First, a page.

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Are Limited User Accounts effective?

How effective is using a limited user account to surf the net? I’ve read
that if you get infected with a virus/trojan etc,the amount of damage caused
can be dramatically reduced if you were logged on with a limited account. Also
if I set up such an extra account (for surfing), do you have run anti virus
updates, and do scans on both the administrator and limited account, or does an
ONE anti virus/anti spyware scan cover all the accounts on the computer.

In a word, yes – Limited User Accounts are very effective at reducing the
potential impact of a virus or spyware.

Unfortunately my experience has been that they’re also effective at reducing
your abilities in other areas as well.

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I’ll be honest … every time I’ve attempted to set up a Limited User
Account (often referred to as LUA), I’ve been frustrated, and eventually ended
up reverting that account to full administrative privileges.

My frustration is not with LUA itself, per se, but with other software.

The concept behind LUA is simple: you don’t need every privilege on your
machine in order to do most day-to-day activities. Surfing the web, sending
email, writing documents or balancing your checkbook do not, and should not,
require anything other than the most basic of permissions on the computer.

Taking away certain types of permissions – such as the ability to write to
certain system directories, install activex controls and the like – means that
it’s more difficult for malware to do those things if you happen to run across
it as a Limited User. Since so much malware relies on exactly those types of
operations, it’s actually a very effective strategy.

And yes, even though I have my own frustrations with it, I do recommend it,
if possible, as a very valid step towards increasing the overall security of
your system. I particularly like the idea of families setting up their
children’s accounts on a shared computer with LUA.

To do so, by the way, in Control Panel, User
, click on the account you wish to change, click on
Change My Account Type, and then select
Limited. Note that you will not be able to change the
primary Administrator account, and that not surprisingly, you need
administrative privileges to actually do this to any account.

“…I do recommend it, if possible, as a very valid step
towards increasing the overall security of your system.”

Now, about my frustration.

Every time I try to run as an LUA, I keep running into things that I can’t
do. Things that I want to do. For example installing software in general is an
issue using an LUA. If that software expects to be installed for the current
user, then logging in as the administrator to install it may still not set up
the software for use in another Limited account on the same machine.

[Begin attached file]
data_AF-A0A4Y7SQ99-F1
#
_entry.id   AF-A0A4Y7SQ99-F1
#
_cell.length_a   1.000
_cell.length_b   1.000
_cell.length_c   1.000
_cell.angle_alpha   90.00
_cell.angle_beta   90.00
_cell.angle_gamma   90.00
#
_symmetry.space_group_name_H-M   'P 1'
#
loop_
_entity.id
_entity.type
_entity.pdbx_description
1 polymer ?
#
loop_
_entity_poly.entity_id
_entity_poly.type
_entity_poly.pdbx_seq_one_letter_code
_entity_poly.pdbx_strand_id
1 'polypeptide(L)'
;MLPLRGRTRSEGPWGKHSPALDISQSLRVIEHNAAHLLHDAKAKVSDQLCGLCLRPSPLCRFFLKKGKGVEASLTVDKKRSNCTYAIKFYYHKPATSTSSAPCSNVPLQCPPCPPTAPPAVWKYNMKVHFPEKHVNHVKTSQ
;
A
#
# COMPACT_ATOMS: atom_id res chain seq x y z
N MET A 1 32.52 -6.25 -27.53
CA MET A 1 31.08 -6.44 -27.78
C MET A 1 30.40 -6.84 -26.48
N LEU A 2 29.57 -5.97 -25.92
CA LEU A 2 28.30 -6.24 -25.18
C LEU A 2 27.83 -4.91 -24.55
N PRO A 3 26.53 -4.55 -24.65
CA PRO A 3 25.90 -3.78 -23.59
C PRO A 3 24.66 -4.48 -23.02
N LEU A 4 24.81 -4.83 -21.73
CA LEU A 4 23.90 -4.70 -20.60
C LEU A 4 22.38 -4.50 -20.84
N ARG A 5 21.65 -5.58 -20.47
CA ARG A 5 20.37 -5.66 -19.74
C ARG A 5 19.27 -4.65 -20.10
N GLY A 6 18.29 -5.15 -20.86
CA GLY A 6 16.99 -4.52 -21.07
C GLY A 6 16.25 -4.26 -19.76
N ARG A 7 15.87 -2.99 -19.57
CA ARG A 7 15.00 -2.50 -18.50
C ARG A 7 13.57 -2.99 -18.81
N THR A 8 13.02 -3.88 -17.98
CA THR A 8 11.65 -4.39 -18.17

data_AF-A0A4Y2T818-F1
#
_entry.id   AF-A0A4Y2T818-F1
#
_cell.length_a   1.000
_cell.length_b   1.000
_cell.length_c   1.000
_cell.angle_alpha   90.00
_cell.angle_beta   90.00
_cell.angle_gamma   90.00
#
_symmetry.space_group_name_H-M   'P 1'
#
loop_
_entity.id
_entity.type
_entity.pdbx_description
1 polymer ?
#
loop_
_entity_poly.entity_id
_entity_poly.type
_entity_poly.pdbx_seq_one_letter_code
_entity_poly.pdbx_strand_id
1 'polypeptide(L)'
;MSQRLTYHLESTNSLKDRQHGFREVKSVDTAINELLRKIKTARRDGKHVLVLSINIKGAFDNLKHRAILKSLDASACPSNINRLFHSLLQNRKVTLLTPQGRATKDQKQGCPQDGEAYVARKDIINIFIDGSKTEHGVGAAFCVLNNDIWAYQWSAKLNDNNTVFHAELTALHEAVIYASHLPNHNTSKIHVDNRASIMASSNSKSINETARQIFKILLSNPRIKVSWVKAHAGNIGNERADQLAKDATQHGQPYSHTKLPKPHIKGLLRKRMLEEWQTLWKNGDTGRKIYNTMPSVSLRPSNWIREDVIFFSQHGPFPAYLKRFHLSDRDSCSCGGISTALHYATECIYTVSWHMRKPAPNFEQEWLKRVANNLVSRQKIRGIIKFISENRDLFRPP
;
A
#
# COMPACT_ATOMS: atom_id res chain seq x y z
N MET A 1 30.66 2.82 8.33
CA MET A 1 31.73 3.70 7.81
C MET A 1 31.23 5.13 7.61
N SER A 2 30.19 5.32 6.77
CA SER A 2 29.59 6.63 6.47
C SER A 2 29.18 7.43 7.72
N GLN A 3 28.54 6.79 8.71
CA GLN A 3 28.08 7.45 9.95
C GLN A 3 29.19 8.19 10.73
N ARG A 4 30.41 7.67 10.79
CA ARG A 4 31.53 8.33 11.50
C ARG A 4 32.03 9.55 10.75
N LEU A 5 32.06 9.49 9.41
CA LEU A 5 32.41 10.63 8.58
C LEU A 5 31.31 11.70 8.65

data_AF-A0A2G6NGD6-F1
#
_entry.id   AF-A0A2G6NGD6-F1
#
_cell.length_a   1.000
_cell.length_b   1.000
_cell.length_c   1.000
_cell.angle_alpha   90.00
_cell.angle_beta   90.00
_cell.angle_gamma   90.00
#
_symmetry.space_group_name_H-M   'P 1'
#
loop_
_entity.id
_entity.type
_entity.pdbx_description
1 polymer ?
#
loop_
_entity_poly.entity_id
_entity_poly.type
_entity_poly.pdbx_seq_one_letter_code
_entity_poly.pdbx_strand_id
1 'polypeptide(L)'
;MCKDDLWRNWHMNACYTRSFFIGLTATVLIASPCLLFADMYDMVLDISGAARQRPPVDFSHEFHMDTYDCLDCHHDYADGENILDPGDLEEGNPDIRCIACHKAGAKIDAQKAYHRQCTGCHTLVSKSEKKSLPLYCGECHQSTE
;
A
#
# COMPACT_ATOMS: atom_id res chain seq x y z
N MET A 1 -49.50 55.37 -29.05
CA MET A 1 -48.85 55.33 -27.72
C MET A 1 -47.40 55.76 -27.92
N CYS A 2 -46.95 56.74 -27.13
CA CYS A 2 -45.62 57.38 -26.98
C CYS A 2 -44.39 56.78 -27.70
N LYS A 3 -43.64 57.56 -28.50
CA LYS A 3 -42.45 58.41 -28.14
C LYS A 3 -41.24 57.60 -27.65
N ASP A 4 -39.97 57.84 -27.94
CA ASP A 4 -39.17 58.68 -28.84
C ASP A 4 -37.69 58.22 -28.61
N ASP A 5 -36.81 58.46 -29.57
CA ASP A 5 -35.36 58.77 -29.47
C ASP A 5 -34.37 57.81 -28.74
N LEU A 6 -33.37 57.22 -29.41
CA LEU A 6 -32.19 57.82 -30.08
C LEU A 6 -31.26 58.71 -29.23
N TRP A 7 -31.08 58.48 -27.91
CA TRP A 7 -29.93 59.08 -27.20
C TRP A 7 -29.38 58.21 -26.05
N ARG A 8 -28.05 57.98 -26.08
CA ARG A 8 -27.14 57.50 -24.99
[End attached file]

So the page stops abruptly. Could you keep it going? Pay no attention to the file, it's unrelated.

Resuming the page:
Now, to be fair, there are often workarounds. One could temporarily elevate
the Limited account to administrator just long enough to install whatever
software needs installing. But there are also frequently still complications,
and it’s certainly an additional, somewhat cumbersome step to what’s typically
already a complicated process.

Now I definitely understand that there is a fundamental conflict here – you
want to prevent installation of malware, while allowing the installation of
trusted applications. Unfortunately there’s no easy way to distinguish, so LUAs
must prohibit both – or at least those that affect protected system areas.

The more fundamental problem is that while many applications do need it, too
many assume administrative privileges when they don’t. As a result,
they fail when installed or run from LUAa.

If there’s good news in all this, it’s the answer to your other question
about anti-spyware and anti-virus software. Most of these applications are
installed at the system level, and as such work on the entire machine,
regardless of what user you happen to be logged in as, or even whether you’re
logged in at all.

So, yes, I’m one of those folks who apparently needs to use software that
requires or assumes administrative privileges often enough that running as an
LUA is simply not a practical option for me. My advice to you: try it. I know
I’m an edge case – I do a lot of things that more normal people don’t. You may
find that all your needs are met in an LUA, and as a result, you will
definitely be safer.

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14 comments on “Are Limited User Accounts effective?”

  1. Windows Vista finally has a practical LUA implementation, many many years overdue, and linux has always had it. The implementation in Ubuntu is really quite elegant. Everyone is defaulted to a power user account, and if you’d like to perform a root-level task, you’re simply asked for your password.

  2. The Mac is much like Ubuntu in this regard, and I agree, it’s perhaps the most elegant compromise.

    What I *don’t* know is how often that requirement (administrative access) pops up in what would otherwise be “normal” work. That’s what’s most frustrating about XP’s LUA.

  3. >> What I *don’t* know is how often that requirement (administrative access) pops up in what would otherwise be “normal” work.

    Anecdotally, I read that this was one of the biggest complaints about the early RC’s for Vista..that even in trivial tasks like deleting a file from your desktop, Vista would password-prompt you (not once, not twice, but) *three* times. However, Microsoft has corrected this in later RCs, and supposedly trimmed down the number of tasks that require entering a password.

  4. I have added a Limited account to the computer that I most use for Web Wandering and intend to use that account only for that purpose. Is this sensible?